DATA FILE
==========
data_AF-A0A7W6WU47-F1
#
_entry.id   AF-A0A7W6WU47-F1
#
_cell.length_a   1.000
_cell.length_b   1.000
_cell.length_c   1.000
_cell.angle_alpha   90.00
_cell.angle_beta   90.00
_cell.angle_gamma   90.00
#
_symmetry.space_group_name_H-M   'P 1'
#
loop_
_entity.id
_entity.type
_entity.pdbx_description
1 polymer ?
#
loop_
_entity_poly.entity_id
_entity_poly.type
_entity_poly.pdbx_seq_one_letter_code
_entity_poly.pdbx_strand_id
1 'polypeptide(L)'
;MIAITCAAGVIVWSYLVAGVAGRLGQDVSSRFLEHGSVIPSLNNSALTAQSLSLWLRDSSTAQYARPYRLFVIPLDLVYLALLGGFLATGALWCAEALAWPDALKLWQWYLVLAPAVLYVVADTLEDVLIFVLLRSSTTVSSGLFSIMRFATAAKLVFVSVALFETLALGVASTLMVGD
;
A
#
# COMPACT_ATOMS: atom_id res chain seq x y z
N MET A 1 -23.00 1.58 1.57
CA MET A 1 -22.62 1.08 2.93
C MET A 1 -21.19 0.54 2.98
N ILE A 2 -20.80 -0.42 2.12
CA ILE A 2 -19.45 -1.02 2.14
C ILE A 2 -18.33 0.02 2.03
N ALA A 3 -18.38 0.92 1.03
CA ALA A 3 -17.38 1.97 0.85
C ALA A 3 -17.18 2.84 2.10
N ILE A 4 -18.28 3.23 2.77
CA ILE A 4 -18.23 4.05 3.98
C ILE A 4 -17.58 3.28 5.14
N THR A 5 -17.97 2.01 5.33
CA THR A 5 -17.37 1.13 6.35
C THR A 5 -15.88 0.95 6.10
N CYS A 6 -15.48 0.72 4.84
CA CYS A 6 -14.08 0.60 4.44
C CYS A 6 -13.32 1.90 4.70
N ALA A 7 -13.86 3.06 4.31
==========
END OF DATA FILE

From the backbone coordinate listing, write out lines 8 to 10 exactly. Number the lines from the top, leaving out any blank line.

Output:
_cell.angle_alpha   90.00
_cell.angle_beta   90.00
_cell.angle_gamma   90.00